Thursday, September 29, 2005

Meet the new series, same as the old series - new TV series (part one)

I've been trying to check out all the new network series, as best I can, leaving out those that got terrible reviews (Ghost Whisperer) or that just didn't strike me as promising (Kitchen Confidential), and unfortunately also leaving out promising shows that conflict with stuff I want to watch (Everybody Hates Chris). So, because my blog is mine for whatever purpose I choose, I'm going to give little mini-reviews on what I've seen.


Threshold

Premise: Aliens are coming, but don't worry, the government is handling it

Review:
My god, just think how horrifying the above sentence would be if the Bush administration was handling an alien invasion. You know the guy in charge would be someone who used to run the department of sanitation in Lubox. Fortunately, in the wonderful world of TV things are handled by an efficient, attractive woman who has a methodical plan to deal with any emergency. Her plan apparently doesn't value the safety of the head planner, since she's on site whenever a dangerous situation arises, but outside of that this is a smart, intelligent series in which we have yet to see an alien and have no idea what exactly they're trying to do. The first episode was actually beautifully done, efficiently outlining the premise while giving you insights into all the main characters, and while it hasn't been quite as good since, it's still the best new series I've seen.


Supernatural

Premise: Two hunky young brothers investigate paranormal activities.

Review: Supernatural is a very calculated series. Get two good-looking guys from other TV series and let them play X-Files. The show is genial and unoriginal, but does have some genuine scares in it. I'll keep watching this one for now.


The War at Home

Premise: Married with Children lite?

Review: Watched for about 5 minutes. Seemed pretty painful.


Twins

Premise: dumb and smart twins with dumb and smart parents tell a mix of dumb and smart jokes

Review: Twins causes one to ask the question: How many dumb blondes can one show stand. This one has two, although one may not be blonde, as I can't recall what color Melanie Griffith's hair is. But she's definitely a prototypical dumb blonde. Having a dumb and smart sister who each have a corresponding parent probably sounded good on paper, but it lets in more dumb-blonde-style jokes than can be comfortably handled. Very by-the-numbers sitcom only has Sara Gilbert going for it (as the smart twin), and it ventures too often into stupid or uncomfortable humor (much like latter-day Will and Grace, which is from the same producers), but it's watchable.


Bones

Premise: She's a brilliant forensic scientist with lousy people skills, he's a savvy cop. They hate each other, but if the show makes it to season two you know they're going to screw like rabbits

Review: If you read my comments on these shows, you'll notice a unifying theme: they are almost all capable and unoriginal shows that follow established TV conventions. That certainly applies to Bones, which seems to have resulted from someone saying, what if we made a series like "House" but instead of an old crotchety guy with a limp we had a a hot woman? The show has little going for it besides its personable leads, but the forensic scientist/hot woman (hey, I've only seen two episodes, you can't expect me to remember these characters names can you) is an interesting character, especially when a decapitated tree falls from a tree and she quickly and without revulsion catches it and calls for an evidence bag.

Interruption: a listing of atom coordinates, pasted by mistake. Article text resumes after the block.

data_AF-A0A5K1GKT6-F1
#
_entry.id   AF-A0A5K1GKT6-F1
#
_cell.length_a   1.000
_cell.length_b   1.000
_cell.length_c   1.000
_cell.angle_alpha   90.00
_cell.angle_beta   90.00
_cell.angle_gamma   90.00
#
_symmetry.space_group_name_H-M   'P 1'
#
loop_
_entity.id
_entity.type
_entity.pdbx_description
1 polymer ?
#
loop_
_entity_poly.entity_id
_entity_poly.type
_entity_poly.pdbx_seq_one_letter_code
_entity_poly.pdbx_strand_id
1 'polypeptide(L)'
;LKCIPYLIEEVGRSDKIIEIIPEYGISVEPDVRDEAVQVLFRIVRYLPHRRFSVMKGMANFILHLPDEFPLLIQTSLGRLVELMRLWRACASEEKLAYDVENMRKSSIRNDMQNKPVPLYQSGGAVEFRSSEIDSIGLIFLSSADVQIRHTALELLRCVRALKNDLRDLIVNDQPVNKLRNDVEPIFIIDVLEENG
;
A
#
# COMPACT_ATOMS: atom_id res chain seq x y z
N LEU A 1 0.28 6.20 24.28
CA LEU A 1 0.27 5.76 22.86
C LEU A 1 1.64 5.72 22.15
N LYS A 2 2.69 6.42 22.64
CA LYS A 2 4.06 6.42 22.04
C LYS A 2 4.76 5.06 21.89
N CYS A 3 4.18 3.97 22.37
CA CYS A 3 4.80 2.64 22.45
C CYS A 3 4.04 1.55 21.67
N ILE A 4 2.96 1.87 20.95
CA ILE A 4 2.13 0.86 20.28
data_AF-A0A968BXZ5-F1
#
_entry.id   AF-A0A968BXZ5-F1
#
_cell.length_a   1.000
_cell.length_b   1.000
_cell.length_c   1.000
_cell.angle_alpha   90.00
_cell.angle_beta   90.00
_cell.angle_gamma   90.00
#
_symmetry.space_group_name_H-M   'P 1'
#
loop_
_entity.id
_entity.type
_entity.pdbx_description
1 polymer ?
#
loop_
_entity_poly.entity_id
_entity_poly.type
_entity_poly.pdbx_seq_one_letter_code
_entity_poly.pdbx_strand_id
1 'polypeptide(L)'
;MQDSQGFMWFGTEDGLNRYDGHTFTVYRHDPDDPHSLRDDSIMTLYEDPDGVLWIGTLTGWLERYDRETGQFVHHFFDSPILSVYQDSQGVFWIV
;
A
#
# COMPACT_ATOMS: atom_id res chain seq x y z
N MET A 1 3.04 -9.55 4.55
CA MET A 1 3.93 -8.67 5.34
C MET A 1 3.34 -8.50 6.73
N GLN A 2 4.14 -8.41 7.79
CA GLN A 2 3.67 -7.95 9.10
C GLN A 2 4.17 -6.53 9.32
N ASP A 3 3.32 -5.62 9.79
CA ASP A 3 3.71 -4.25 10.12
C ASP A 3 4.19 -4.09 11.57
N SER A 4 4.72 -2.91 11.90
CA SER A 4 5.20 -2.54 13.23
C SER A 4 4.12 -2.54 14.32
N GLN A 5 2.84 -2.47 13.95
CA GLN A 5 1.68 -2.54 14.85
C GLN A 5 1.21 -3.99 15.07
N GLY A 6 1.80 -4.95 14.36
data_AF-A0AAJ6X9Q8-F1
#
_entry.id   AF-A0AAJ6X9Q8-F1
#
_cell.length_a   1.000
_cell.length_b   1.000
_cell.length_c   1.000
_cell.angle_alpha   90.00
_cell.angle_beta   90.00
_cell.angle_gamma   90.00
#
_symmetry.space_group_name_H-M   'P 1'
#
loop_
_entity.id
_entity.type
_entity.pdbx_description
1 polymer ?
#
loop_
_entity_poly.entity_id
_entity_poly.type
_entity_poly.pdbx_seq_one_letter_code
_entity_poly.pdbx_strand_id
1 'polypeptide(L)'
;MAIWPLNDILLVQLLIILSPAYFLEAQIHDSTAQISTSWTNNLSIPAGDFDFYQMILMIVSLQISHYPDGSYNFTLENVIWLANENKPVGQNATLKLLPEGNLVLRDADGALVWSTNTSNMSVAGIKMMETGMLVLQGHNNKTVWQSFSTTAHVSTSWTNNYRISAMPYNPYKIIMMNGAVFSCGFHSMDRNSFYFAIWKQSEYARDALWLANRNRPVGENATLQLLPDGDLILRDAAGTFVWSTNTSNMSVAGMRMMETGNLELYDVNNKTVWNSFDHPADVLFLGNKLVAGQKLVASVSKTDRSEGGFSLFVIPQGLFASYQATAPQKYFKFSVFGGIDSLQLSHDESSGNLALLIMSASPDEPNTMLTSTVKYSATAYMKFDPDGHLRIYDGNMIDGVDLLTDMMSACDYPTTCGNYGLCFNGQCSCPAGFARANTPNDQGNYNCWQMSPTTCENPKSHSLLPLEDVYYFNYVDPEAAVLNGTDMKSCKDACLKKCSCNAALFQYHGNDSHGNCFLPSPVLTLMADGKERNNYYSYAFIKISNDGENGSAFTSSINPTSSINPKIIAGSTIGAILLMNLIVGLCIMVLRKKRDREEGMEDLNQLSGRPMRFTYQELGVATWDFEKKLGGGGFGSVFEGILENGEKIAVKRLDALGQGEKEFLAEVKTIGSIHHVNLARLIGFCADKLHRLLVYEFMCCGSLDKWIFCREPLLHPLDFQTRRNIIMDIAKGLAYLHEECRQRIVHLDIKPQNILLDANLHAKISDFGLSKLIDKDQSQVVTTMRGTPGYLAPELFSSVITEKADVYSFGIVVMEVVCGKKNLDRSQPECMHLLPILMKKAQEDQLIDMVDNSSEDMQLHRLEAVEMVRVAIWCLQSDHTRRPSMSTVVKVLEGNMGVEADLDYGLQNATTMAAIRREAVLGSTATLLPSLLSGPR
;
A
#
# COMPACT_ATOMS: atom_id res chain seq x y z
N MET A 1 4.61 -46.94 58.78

Surface

Premise: If I'd seen the first episode, or if the recap at the beginning of the second episode had been competently put together, I could probably tell you the premise of this show. Ocean monster, I think.

Review: The recap did a lousy job, but basically there's a monster or something in the ocean, a couple of people trying to find out what it is while the government tries to keep it a secret, and some kid who somehow has a baby monster in his bathtub. I think if I could actually figure out what the show was about this one might be pretty good.


Commander in Chief

Premise: Tampons in the oval office!

Review: This show had a really nice beginning, as vice president Geena Davis learns the president is dying and is asked by the attorney general to resign rather than take office, not because she is a woman, ostensibly, but because she's an Independent who won't fulfill the desires of the Republican president. The problem is, she took the request seriously, considering whether it would be wrong to take the country in the direction she wanted rather than in the direction of someone whose policies she disagreed with. Are there really politicians who don't think they could be the best thing that ever happened to this country? I don't think so. I found it ridiculous that she only decided not to resign after a conversation with next-in-line Donald Sutherland in which he spouted a bunch of reactionary nonsense, as though somehow she wouldn't have realized exactly what it would mean to let this particular guy run the country until this conversation. Since it's an interesting idea and I've always liked Geena I'll watch a few more episodes, but if they do two more things this stupid I'll have no choice but to stop watching.

No comments:

Post a Comment